A layer is composed of many customizable parameters, such as the X, Y and Z positions, angle (rotation), skew and scales. Each parameter has its own function which is a mathematical formula expressing the relationship between position values. You can view each function on a graph as a simple curve, such as the one below.
There are several options available for setting up function parameters:
- Locked Positions (3D Path)
- Separate Positions
- Locked Scales
- Separate Scales
- Quaternion (3D Rotation)
- Euler Angles (3D Rotation)
You must select 3D Path, Separate Positions, Separate Scale, or Locked Scale before starting the animation. When you lock or unlock parameters, this does not convert the functions from one to the other, but creates new ones.
In a 3D Path, the X, Y and Z curves are locked together and controlled by a single velocity function. When you add a keyframe, it is added on all three trajectories at once, as is the velocity. This is very useful for long, smooth trajectories.
When using a 3D path, the X, Y and Z functions work together using the same keyframes. This allows for the velocity to control the curve and create a smooth trajectory. Even if a function does not have any variation on its curve (for example, all keyframes are at zero), the velocity might add a slight motion to ensure a smooth trajectory. This can cause elements that are very close to each other on the Z-axis to pop in front of one another. This is why in cut-out animation it is recommended to use separate position settings. But if you work with 3D path, you can use the Constant Z feature to avoid this from happening.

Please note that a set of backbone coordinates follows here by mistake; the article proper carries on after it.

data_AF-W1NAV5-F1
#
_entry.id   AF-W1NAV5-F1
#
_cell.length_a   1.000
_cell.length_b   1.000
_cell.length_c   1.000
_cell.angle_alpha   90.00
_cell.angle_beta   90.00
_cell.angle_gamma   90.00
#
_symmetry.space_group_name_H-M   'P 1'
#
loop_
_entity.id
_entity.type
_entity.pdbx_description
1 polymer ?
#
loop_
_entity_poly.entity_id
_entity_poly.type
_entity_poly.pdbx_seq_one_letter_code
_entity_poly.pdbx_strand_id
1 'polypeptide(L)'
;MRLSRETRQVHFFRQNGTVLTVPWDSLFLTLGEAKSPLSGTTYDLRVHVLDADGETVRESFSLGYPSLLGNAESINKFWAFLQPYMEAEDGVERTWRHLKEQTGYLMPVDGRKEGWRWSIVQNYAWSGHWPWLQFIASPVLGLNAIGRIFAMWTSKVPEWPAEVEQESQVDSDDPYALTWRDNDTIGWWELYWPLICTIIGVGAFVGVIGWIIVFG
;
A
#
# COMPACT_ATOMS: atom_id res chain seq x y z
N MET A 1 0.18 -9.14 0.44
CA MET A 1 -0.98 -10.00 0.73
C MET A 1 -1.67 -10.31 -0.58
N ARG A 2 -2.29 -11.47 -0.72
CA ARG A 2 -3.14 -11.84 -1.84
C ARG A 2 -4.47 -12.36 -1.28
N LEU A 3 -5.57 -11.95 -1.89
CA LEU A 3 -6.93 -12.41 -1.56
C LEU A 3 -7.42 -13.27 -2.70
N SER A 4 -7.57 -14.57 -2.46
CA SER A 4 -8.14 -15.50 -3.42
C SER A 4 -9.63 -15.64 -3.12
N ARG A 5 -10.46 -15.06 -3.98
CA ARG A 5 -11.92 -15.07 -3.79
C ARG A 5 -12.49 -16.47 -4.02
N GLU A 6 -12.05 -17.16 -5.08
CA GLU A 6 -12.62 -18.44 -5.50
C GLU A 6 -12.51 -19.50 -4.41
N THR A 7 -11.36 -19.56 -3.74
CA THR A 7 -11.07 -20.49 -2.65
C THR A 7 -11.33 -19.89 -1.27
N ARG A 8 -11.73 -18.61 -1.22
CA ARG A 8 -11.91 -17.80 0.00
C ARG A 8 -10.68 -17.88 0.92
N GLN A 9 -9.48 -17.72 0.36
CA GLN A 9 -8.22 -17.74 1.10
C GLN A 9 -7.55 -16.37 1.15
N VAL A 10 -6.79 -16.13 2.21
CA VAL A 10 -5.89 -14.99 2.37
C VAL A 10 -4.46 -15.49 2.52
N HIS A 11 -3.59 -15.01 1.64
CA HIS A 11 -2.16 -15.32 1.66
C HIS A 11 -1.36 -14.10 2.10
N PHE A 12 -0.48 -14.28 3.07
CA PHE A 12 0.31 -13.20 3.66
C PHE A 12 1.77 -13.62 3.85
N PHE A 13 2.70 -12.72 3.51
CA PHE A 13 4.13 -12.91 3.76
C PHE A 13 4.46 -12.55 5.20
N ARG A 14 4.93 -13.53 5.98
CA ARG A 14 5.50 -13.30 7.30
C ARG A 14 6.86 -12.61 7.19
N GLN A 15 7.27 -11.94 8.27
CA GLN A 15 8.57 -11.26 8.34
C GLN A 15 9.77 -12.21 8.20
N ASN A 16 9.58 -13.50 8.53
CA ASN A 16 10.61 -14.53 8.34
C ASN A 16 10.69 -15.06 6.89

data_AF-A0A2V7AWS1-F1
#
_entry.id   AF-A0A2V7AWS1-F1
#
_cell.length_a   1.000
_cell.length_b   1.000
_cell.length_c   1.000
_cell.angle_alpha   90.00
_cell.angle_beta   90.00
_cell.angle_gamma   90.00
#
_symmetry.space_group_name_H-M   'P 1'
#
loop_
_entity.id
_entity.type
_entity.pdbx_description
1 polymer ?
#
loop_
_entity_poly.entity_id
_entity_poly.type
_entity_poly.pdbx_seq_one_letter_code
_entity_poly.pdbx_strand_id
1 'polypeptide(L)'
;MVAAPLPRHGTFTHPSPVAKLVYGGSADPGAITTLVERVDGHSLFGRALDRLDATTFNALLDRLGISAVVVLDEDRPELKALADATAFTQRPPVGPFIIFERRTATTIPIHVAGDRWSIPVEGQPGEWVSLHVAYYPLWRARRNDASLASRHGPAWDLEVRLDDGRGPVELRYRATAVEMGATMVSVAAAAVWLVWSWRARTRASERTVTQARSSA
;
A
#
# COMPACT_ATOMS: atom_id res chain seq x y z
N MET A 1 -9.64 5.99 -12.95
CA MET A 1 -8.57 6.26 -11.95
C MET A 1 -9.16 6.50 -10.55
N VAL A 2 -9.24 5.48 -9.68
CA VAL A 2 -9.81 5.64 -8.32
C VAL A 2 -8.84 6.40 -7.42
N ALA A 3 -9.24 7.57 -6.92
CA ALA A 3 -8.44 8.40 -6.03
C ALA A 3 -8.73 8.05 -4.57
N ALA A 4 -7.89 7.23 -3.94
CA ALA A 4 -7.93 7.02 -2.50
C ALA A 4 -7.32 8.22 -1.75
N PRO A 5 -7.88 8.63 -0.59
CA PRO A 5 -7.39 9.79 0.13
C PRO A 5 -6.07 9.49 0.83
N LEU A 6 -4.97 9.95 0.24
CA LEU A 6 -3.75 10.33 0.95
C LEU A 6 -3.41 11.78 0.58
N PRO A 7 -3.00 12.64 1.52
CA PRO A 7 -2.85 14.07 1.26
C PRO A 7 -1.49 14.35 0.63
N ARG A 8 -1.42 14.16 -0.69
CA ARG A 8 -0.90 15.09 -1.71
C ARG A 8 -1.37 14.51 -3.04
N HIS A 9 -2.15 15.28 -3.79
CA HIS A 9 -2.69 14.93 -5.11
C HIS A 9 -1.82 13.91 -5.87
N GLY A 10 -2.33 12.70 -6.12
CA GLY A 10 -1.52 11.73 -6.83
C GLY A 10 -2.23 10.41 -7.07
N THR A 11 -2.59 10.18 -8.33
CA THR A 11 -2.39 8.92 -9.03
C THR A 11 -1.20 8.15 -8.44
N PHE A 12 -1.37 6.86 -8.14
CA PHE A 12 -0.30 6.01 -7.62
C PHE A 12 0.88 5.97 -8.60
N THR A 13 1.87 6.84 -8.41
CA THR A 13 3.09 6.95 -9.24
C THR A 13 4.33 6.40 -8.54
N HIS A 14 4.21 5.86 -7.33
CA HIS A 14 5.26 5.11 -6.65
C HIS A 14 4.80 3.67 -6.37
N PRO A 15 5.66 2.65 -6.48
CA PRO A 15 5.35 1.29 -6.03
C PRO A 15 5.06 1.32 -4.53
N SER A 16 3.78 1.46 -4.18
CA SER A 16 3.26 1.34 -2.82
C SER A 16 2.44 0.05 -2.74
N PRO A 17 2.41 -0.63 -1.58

The Constant Z feature is used when creating motion keyframes. The Z function will use stop-motion keyframes and will not be interpolated, which can be very useful for cut-out animation. The Constant Z feature only works with 3D paths.
When the Separate Positions option is used, the X, Y and Z curves are independent and have velocity controls directly on their function curve. This is useful when you want to set keyframes on one of the curves without affecting the others.
When using the Scale parameter, you can use a single function curve to control both the vertical and horizontal scale, or two separate scales. When using a single function curve, the values are the same for the X (horizontal) and Y (vertical) axes for uniform size changes without distortion. However, if you separate the scale functions, you can squash, stretch and skew your elements.